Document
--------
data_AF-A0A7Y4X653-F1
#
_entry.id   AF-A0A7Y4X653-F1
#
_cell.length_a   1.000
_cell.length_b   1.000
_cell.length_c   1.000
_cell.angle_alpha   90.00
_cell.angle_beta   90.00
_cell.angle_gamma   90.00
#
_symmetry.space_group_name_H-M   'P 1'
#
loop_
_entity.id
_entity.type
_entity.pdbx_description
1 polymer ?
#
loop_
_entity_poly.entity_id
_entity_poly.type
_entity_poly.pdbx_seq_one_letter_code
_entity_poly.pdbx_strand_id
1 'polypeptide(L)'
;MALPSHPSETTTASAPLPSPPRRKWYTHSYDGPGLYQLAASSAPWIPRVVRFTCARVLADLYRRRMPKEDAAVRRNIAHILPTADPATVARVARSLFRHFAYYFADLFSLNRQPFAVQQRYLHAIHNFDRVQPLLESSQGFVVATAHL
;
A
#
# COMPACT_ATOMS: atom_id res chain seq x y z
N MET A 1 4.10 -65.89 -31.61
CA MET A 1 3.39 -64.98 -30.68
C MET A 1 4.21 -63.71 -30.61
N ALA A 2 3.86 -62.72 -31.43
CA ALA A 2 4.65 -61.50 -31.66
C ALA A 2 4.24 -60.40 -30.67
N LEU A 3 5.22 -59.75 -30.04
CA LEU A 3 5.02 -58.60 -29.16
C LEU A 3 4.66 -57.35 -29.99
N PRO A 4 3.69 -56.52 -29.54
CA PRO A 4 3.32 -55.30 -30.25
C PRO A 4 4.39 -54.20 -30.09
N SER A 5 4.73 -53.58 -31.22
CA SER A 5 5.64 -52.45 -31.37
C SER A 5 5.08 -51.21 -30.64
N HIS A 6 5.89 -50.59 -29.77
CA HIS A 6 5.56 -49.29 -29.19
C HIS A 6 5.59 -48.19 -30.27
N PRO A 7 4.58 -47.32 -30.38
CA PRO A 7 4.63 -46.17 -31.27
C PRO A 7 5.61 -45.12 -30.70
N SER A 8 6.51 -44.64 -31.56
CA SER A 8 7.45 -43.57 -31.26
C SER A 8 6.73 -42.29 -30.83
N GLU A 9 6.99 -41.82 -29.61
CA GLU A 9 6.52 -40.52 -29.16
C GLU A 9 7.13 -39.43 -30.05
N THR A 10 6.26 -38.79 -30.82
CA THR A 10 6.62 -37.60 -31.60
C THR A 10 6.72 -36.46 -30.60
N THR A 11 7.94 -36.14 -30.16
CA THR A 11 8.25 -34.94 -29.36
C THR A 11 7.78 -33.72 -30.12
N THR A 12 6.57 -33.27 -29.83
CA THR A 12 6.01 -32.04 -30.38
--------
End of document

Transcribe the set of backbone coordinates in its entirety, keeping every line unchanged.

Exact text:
data_AF-A0A7Y4X653-F1
#
_entry.id   AF-A0A7Y4X653-F1
#
_cell.length_a   1.000
_cell.length_b   1.000
_cell.length_c   1.000
_cell.angle_alpha   90.00
_cell.angle_beta   90.00
_cell.angle_gamma   90.00
#
_symmetry.space_group_name_H-M   'P 1'
#
loop_
_entity.id
_entity.type
_entity.pdbx_description
1 polymer ?
#
loop_
_entity_poly.entity_id
_entity_poly.type
_entity_poly.pdbx_seq_one_letter_code
_entity_poly.pdbx_strand_id
1 'polypeptide(L)'
;MALPSHPSETTTASAPLPSPPRRKWYTHSYDGPGLYQLAASSAPWIPRVVRFTCARVLADLYRRRMPKEDAAVRRNIAHILPTADPATVARVARSLFRHFAYYFADLFSLNRQPFAVQQRYLHAIHNFDRVQPLLESSQGFVVATAHL
;
A
#
# COMPACT_ATOMS: atom_id res chain seq x y z
N MET A 1 4.10 -65.89 -31.61
CA MET A 1 3.39 -64.98 -30.68
C MET A 1 4.21 -63.71 -30.61
N ALA A 2 3.86 -62.72 -31.43
CA ALA A 2 4.65 -61.50 -31.66
C ALA A 2 4.24 -60.40 -30.67
N LEU A 3 5.22 -59.75 -30.04
CA LEU A 3 5.02 -58.60 -29.16
C LEU A 3 4.66 -57.35 -29.99
N PRO A 4 3.69 -56.52 -29.54
CA PRO A 4 3.32 -55.30 -30.25
C PRO A 4 4.39 -54.20 -30.09
N SER A 5 4.73 -53.58 -31.22
CA SER A 5 5.64 -52.45 -31.37
C SER A 5 5.08 -51.21 -30.64
N HIS A 6 5.89 -50.59 -29.77
CA HIS A 6 5.56 -49.29 -29.19
C HIS A 6 5.59 -48.19 -30.27
N PRO A 7 4.58 -47.32 -30.38
CA PRO A 7 4.63 -46.17 -31.27
C PRO A 7 5.61 -45.12 -30.70
N SER A 8 6.51 -44.64 -31.56
CA SER A 8 7.45 -43.57 -31.26
C SER A 8 6.73 -42.29 -30.83
N GLU A 9 6.99 -41.82 -29.61
CA GLU A 9 6.52 -40.52 -29.16
C GLU A 9 7.13 -39.43 -30.05
N THR A 10 6.26 -38.79 -30.82
CA THR A 10 6.62 -37.60 -31.60
C THR A 10 6.72 -36.46 -30.60
N THR A 11 7.94 -36.14 -30.16
CA THR A 11 8.25 -34.94 -29.36
C THR A 11 7.78 -33.72 -30.12
N THR A 12 6.57 -33.27 -29.83
CA THR A 12 6.01 -32.04 -30.38